Well, that didn’t take long. Even before the second year of his four-event series gets underway in Sydney late next month, the financial cracks have begun to appear in Larry Ellison’s much-hyped SailGP extravaganza.
It was Tom Slingsby, Australia’s winning skipper from 2019, who let the cat out of the sail bag. Speaking to a local website he revealed his team is already working against a dollar deadline.
“We have been told that unless we get some partners on board and some sponsorship dollars in, that we are going to be vulnerable,” Slingsby said. “By the end of this season we need to have made some inroads into this crucial area in order to secure our future.”
So here’s the bottom line: what was originally thought to be a five-year window for each entrant to become self-funding now appears to have been reduced to just two years. No cash by 2021, no splash. That’s a tough call, especially for the Aussies who hail from a nation never known for its strong corporate support for sailing despite producing many of the world’s best sailors.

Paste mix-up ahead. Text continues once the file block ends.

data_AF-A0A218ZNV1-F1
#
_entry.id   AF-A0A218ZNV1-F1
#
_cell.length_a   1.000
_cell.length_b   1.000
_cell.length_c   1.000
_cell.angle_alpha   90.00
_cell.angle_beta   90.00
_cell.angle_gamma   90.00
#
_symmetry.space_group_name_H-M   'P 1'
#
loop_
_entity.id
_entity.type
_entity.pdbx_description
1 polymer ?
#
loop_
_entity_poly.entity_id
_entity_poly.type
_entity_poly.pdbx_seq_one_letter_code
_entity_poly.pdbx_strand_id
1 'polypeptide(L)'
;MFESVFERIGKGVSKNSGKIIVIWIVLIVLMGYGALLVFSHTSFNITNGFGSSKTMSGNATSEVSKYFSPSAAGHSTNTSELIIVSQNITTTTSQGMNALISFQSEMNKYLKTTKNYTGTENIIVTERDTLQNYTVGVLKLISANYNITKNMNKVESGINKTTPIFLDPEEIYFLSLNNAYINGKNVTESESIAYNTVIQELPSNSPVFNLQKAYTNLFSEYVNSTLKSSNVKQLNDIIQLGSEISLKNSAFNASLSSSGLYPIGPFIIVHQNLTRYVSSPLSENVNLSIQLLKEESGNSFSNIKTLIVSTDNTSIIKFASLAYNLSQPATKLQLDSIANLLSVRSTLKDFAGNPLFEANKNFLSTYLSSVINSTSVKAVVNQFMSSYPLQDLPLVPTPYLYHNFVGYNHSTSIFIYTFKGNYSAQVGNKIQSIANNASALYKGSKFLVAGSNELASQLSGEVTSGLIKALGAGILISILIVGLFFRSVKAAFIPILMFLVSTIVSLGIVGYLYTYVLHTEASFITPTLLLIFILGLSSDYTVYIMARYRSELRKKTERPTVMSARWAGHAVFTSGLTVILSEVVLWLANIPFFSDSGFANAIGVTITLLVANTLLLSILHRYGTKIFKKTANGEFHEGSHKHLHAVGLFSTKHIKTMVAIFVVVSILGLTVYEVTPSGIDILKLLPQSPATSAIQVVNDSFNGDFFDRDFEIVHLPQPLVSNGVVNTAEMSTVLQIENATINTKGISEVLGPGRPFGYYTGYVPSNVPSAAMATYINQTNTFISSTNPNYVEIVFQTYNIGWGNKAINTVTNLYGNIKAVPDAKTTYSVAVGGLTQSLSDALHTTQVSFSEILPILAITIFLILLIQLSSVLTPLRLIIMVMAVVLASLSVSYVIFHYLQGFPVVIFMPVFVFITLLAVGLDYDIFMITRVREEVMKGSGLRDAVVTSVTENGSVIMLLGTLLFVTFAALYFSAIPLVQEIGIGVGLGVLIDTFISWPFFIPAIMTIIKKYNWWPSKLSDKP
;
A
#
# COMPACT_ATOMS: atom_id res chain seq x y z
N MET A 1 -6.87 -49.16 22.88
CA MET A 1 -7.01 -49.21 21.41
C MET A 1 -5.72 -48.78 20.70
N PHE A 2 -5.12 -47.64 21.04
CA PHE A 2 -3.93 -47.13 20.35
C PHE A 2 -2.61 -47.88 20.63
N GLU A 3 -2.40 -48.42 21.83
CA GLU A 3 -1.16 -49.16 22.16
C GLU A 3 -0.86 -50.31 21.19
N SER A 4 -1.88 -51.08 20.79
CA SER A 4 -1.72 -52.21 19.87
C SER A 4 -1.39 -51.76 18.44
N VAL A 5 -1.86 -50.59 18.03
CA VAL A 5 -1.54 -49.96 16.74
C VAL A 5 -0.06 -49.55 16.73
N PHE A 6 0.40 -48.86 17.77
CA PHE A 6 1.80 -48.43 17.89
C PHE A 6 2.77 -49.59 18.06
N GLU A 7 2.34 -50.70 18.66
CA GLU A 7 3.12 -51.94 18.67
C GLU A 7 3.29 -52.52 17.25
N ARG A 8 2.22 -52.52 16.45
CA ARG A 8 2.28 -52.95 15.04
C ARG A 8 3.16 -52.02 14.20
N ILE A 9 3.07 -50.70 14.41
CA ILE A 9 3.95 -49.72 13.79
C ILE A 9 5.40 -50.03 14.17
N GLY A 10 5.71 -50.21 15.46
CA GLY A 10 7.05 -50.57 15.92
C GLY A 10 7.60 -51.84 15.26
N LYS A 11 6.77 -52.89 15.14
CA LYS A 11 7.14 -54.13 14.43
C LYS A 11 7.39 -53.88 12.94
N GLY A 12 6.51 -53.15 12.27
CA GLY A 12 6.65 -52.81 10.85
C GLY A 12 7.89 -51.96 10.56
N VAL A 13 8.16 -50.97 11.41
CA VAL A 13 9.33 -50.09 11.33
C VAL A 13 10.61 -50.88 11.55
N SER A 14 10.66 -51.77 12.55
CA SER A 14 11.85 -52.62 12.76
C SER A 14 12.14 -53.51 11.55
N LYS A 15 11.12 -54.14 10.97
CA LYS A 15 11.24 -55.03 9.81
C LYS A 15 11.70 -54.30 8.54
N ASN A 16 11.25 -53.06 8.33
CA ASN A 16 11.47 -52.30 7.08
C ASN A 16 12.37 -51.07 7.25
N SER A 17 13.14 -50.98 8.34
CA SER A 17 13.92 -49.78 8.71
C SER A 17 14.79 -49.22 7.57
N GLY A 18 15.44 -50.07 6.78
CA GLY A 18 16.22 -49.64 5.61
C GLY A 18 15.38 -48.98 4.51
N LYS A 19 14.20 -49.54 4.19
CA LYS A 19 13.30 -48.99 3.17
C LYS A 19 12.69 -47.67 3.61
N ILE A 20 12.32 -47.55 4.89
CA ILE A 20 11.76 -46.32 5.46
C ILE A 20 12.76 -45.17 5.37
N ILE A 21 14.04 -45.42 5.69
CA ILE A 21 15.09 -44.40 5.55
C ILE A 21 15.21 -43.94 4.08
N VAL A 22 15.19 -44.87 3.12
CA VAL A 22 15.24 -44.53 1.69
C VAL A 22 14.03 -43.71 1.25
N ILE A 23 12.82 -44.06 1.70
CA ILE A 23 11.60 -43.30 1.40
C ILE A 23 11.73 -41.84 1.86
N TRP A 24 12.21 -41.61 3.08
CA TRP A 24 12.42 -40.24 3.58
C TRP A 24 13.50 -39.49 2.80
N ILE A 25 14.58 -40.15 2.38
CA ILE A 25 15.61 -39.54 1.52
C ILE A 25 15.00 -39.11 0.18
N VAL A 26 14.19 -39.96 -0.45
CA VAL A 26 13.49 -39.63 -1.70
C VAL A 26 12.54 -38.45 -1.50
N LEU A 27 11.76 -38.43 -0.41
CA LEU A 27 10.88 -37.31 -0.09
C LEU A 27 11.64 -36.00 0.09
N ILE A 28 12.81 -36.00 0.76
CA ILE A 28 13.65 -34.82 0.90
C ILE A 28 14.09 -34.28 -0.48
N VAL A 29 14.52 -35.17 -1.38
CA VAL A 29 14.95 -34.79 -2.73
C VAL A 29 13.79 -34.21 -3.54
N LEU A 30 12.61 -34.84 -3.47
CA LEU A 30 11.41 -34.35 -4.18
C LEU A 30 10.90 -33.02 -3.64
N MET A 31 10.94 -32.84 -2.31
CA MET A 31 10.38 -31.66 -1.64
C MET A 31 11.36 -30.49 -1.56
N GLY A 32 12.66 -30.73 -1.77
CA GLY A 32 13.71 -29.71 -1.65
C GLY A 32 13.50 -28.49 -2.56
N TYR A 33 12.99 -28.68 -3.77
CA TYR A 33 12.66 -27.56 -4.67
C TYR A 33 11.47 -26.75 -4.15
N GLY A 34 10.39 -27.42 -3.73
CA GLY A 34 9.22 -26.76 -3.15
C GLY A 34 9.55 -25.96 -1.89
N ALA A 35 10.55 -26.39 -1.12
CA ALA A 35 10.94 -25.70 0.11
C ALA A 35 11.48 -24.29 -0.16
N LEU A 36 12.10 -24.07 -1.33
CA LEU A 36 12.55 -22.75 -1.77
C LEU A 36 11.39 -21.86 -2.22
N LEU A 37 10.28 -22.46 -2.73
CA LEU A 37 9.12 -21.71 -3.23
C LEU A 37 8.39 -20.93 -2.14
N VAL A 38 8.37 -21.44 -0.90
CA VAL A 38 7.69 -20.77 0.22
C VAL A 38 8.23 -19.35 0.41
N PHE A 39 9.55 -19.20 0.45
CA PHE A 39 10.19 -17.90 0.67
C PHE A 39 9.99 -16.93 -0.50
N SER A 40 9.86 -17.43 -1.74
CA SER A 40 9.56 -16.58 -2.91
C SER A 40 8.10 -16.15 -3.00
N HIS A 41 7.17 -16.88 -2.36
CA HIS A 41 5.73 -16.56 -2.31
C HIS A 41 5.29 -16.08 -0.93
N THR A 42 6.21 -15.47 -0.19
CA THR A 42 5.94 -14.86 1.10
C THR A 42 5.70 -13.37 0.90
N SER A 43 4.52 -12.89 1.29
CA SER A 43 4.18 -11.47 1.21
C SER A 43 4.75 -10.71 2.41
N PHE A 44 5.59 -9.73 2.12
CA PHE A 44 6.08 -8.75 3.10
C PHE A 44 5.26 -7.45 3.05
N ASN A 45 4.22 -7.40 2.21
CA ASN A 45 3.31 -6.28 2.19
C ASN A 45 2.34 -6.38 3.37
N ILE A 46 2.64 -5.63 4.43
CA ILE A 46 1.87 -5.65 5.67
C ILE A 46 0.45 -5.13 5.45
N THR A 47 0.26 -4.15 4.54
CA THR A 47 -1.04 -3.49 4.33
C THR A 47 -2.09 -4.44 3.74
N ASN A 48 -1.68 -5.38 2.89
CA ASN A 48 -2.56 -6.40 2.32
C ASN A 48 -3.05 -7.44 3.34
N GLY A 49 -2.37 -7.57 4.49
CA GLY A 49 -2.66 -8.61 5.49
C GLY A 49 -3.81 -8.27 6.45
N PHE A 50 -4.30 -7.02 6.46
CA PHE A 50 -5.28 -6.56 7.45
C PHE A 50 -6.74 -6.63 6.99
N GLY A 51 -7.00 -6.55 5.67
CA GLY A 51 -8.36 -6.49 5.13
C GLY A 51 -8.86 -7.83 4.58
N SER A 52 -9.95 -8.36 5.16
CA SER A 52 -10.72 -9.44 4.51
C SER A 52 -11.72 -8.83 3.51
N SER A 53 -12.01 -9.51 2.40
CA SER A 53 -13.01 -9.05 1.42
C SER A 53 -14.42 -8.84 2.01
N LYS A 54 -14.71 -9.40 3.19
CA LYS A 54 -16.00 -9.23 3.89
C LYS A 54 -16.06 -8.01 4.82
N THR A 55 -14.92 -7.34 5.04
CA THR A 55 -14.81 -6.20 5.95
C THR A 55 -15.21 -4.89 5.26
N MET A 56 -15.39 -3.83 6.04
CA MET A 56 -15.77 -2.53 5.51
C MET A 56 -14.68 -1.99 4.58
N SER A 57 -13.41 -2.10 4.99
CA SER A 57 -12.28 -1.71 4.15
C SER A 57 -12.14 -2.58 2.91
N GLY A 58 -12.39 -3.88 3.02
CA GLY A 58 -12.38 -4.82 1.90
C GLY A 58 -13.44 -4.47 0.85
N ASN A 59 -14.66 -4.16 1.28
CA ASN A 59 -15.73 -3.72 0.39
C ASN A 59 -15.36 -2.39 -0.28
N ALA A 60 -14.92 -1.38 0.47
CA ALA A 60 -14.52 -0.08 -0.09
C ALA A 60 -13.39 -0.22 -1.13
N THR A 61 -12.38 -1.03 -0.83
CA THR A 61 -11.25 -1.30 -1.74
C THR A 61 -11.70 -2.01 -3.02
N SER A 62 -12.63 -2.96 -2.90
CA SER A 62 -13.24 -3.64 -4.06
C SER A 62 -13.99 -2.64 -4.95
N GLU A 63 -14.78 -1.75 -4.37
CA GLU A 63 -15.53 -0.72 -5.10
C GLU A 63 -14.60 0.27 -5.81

What emerges from all this is a key factor that has been kept very quiet so far: the Coutts/Ellison concept for SailGP apparently owes a lot to the F1 Grand Prix motor racing model where the major auto and engine manufacturers pour hundreds of millions into their teams every year to support the travelling circus.
That may be workable in the multi-billion dollar car industry where the mega-corporations can write off their Grand Prix expenditure against R&D and promotion. But sailing is an entirely different competitive environment. It is a minority sport. There are no high-volume consumer brands that carry a direct relationship with the on-water SailGP action: no equivalent to Mercedes-Benz, Renault, Honda, or Ferrari.
The other great weakness in Ellison’s attempt to replicate the motor-racing financial model comes in the key area of television rights. There are 22 rounds in the F1 season, each with at least three days of extended TV coverage. That provides thousands of top-rating commercial hours to be sold at premium prices into just about every broadcast market in the world.
By contrast, Sail GP now offers no more than 8 days of sailing with each race taking around 20 minutes yielding a total series air-time of just 16 hours. Viewer interest beyond the host cities is minimal. Little wonder the television rights fees (if any) would be lucky to even cover the cost of the coverage SailGP provides.
It is difficult to see how Larry’s folly can survive beyond this year in the face of those numbers. He has impressively deep pockets, but nobody’s fortune, generosity or ego is infinite. In any case, the eyes of the sailing world may soon be elsewhere – on the foiling America’s Cup monomarans.
– anarchist David